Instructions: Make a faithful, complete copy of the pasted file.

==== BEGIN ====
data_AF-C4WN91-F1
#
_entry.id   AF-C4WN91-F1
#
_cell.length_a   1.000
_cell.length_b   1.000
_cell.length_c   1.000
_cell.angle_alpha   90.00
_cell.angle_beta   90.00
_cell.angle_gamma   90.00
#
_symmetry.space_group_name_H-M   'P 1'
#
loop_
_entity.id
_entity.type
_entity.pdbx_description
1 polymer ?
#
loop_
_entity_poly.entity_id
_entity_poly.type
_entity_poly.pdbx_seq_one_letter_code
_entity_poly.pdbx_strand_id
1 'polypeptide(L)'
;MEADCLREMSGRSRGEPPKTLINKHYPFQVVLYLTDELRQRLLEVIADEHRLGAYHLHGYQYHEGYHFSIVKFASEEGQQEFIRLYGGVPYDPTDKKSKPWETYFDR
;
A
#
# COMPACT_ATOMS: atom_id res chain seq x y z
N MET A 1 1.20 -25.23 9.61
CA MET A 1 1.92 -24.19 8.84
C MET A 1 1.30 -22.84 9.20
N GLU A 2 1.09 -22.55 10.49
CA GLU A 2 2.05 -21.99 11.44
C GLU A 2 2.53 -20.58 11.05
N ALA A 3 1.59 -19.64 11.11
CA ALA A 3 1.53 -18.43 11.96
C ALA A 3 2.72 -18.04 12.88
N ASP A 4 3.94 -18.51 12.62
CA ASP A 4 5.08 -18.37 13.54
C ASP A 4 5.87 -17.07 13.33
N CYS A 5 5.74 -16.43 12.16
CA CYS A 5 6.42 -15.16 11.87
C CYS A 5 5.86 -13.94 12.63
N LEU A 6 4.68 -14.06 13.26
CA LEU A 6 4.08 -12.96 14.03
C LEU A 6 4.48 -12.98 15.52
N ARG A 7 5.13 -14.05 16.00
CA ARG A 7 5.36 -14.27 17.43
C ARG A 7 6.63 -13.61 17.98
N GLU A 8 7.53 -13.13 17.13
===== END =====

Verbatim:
data_AF-C4WN91-F1
#
_entry.id   AF-C4WN91-F1
#
_cell.length_a   1.000
_cell.length_b   1.000
_cell.length_c   1.000
_cell.angle_alpha   90.00
_cell.angle_beta   90.00
_cell.angle_gamma   90.00
#
_symmetry.space_group_name_H-M   'P 1'
#
loop_
_entity.id
_entity.type
_entity.pdbx_description
1 polymer ?
#
loop_
_entity_poly.entity_id
_entity_poly.type
_entity_poly.pdbx_seq_one_letter_code
_entity_poly.pdbx_strand_id
1 'polypeptide(L)'
;MEADCLREMSGRSRGEPPKTLINKHYPFQVVLYLTDELRQRLLEVIADEHRLGAYHLHGYQYHEGYHFSIVKFASEEGQQEFIRLYGGVPYDPTDKKSKPWETYFDR
;
A
#
# COMPACT_ATOMS: atom_id res chain seq x y z
N MET A 1 1.20 -25.23 9.61
CA MET A 1 1.92 -24.19 8.84
C MET A 1 1.30 -22.84 9.20
N GLU A 2 1.09 -22.55 10.49
CA GLU A 2 2.05 -21.99 11.44
C GLU A 2 2.53 -20.58 11.05
N ALA A 3 1.59 -19.64 11.11
CA ALA A 3 1.53 -18.43 11.96
C ALA A 3 2.72 -18.04 12.88
N ASP A 4 3.94 -18.51 12.62
CA ASP A 4 5.08 -18.37 13.54
C ASP A 4 5.87 -17.07 13.33
N CYS A 5 5.74 -16.43 12.16
CA CYS A 5 6.42 -15.16 11.87
C CYS A 5 5.86 -13.94 12.63
N LEU A 6 4.68 -14.06 13.26
CA LEU A 6 4.08 -12.96 14.03
C LEU A 6 4.48 -12.98 15.52
N ARG A 7 5.13 -14.05 16.00
CA ARG A 7 5.36 -14.27 17.43
C ARG A 7 6.63 -13.61 17.98
N GLU A 8 7.53 -13.13 17.13